Some 12 hours after they were swept 4-0 by the San Antonio Spurs and eliminated Sunday night from the Western Conference semifinals, the Clippers experienced a day for reflection about a successful season despite the pain of being pushed out of the playoffs.
Monday also was a day for the Clippers to discuss the future and how they could sustain what was built during the 2011-12 season.
The two people in charge of running the organization, President Andy Roeser and vice president of basketball operations Neil Olshey, have several key decisions to make.
The easy ones will be to offer Blake Griffin and Chris Paul long-term contract extensions.
The most pressing one will be deciding whether to pick up Coach Vinny Del Negro’s contract option for the 2012-13 season.
The Clippers have 10 days from the end of the season to inform Del Negro of their decision, meaning he will know something by May 31.
“It’s not going to be that long,” Roeser said Monday. “Today is not the day for it. We just finished the series. We have to think about those things and the right thing to do is give yourself a little space. . . . You’ve got to think things through and do the right thing. You finish the series last night, you deal with the players this morning and you sit down and decide what we’re going to do.”
The Clippers had exit interviews with management Monday and talked about playoff shares.
Team owner Donald Sterling will make the final decision on Del Negro’s fate.
The Clippers’ 40-26 regular-season record was the highest winning percentage (60.6%) in franchise history.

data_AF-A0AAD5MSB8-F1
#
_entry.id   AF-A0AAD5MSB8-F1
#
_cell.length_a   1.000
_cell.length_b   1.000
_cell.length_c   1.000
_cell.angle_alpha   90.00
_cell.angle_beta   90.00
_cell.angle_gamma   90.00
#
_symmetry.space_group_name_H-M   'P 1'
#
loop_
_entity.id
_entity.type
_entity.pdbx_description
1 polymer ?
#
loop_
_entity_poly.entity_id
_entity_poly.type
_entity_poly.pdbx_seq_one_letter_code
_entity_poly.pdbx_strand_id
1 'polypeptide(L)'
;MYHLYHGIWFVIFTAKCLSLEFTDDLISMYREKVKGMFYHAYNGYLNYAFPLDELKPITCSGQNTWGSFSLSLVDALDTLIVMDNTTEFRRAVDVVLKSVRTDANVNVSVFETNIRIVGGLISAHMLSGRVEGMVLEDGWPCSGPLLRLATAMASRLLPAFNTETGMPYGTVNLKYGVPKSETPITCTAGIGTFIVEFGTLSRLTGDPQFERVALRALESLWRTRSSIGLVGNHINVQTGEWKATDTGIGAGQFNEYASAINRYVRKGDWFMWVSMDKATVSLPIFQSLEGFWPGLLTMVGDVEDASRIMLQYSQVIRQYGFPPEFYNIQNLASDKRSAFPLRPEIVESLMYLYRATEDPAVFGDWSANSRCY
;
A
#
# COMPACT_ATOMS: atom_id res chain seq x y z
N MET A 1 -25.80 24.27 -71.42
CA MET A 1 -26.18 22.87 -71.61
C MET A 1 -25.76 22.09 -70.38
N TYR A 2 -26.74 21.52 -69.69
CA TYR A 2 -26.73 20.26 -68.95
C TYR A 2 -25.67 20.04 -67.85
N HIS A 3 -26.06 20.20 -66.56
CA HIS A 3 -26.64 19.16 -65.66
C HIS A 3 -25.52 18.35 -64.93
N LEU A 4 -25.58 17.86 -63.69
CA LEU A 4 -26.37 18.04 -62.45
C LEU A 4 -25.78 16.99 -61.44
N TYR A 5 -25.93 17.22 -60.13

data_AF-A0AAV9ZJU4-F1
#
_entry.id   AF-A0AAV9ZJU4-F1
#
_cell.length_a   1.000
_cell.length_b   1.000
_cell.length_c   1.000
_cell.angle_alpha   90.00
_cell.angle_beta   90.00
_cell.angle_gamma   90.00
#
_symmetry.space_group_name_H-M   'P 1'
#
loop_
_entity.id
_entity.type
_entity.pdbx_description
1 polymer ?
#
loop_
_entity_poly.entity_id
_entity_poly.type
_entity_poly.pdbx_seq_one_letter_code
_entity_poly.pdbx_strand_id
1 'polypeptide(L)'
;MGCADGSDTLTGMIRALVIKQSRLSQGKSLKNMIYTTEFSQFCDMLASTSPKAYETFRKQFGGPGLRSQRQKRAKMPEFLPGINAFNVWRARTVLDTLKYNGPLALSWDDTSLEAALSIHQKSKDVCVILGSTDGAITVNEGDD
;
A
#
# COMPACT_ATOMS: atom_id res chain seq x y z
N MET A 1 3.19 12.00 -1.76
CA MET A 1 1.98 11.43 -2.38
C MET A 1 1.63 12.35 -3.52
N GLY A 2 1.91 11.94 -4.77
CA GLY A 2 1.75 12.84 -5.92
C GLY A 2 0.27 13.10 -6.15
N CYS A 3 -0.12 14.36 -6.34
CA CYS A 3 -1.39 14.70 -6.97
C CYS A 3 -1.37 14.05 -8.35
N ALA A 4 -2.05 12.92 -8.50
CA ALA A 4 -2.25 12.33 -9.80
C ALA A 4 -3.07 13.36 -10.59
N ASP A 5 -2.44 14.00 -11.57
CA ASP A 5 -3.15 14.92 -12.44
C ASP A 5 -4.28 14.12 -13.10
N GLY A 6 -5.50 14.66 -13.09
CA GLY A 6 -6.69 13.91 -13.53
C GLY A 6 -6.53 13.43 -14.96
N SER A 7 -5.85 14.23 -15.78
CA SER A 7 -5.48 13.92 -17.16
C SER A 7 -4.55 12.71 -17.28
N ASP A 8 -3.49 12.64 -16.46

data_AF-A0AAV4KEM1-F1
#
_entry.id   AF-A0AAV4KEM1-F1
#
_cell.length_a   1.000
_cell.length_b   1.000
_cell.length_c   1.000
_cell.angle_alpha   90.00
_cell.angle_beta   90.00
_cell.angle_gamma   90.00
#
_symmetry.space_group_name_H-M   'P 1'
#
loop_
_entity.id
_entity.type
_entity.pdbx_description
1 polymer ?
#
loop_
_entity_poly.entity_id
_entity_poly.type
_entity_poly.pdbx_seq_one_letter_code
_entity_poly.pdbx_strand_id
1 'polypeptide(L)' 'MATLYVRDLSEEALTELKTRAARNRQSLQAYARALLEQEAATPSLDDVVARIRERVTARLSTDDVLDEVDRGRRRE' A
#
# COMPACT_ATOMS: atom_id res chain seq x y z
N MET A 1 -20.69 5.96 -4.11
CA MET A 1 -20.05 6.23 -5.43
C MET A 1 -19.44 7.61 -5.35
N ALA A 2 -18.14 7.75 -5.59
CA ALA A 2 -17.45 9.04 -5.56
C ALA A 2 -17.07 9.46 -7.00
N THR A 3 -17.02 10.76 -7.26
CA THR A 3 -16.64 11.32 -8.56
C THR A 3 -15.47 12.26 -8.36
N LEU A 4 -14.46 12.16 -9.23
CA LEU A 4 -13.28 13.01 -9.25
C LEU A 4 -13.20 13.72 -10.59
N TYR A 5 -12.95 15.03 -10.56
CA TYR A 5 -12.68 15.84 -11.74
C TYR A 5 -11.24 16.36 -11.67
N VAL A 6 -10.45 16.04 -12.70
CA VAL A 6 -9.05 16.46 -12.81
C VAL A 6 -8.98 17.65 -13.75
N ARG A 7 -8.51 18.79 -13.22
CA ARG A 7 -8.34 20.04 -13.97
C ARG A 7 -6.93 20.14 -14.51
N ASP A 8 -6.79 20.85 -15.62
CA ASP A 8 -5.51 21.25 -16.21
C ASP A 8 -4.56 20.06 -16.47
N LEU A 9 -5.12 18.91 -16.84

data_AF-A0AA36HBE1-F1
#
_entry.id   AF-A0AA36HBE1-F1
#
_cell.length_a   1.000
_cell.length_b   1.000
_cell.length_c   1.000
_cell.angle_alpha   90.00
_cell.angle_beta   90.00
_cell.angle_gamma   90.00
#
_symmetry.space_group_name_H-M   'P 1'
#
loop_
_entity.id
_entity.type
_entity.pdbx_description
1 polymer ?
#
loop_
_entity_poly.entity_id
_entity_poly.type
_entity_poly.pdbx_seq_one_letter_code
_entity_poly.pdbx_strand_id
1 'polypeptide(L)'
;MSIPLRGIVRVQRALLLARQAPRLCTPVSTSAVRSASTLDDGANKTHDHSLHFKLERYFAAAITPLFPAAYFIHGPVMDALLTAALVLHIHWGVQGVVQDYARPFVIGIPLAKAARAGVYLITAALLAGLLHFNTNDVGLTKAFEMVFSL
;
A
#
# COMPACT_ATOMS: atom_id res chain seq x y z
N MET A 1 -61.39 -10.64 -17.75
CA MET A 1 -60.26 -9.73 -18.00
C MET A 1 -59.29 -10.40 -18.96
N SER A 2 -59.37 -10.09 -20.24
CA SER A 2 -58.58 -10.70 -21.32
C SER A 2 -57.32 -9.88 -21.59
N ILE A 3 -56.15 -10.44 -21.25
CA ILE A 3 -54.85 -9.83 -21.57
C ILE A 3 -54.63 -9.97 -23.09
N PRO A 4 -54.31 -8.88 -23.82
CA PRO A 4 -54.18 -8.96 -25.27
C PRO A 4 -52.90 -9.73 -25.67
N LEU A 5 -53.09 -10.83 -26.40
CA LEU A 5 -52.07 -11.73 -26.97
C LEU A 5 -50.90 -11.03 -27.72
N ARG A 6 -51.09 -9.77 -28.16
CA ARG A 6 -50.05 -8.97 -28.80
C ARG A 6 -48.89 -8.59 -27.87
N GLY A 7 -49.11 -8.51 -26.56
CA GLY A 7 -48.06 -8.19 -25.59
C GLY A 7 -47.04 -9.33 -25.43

Del Negro took them to the second round of the playoffs for only the second time in the 31 years Sterling has owned the team.
“I’ll sit down with Mr. Sterling and we’ll talk,” Del Negro said. “We’ll go from there.”
Under the new NBA collective bargaining agreement, the Clippers can use the “designated player rookie extension” to offer Griffin a maximum five-year extension worth between $75 million and $95 million, and they plan on doing so when they are allowed on July 1. It is expected that Griffin, scheduled to make $7.2 million next season in the final year of his rookie contract, will sign the extension.
“Hearing all the [negative] things that everybody hears about the Clippers, since the time I’ve been here, it hasn’t been that way,” Griffin said. “It’s been positive. That’s something that’s huge for me in my decision. This is a great place to play.”
Paul has already agreed to exercise a contract option that will keep him with the Clippers next season for $17.8 million.
The Clippers can offer him a three-year extension for about $60 million on July 1, or Paul can wait until his contract expires after the 2012-13 season and sign a five-year deal worth almost $90 million. People close to Paul, but not authorized to speak publicly, said the All-Star point guard will wait until his contract expires before making a decision, knowing that the longer deal for more money is more feasible.
When asked if he wanted to be with the Clippers long-term, Paul said, “I hope so. We’ll see. But right now I’m talking about right now. That’s all I can control.”
Said Olshey: “I told Chris this: We want to create a situation where we have seven or eight core guys that are here for the rest of his and Blake’s career. And then tweak here, tweak there.”
Randy Foye, Chauncey Billups, Nick Young, Reggie Evans, Kenyon Martin and Bobby Simmons are free agents.
Mo Williams said he will opt in on the final year of his contract that will pay him $8.5 million next season. Ryan Gomes, who will make $4 million next season, might become an amnesty-waiver casualty.
Olshey was asked if the players want to know about the coaching situation.
“I don’t think they care,” Olshey said. “Players, all they care about is, do you have an opportunity? Is the person here giving you the best chance to win?. . . I don’t think one guy even knows if I have a contract or don’t have a contract. . . . Now if it drags on too long, then it can be a distraction.”
Paul said he’ll leave it up to the front office to make the decision on Del Negro.
“Coach is a great guy,” Paul said. “He had to manage so many different situations. . . . Our coaching staff did an outstanding job with the hand that they were dealt.”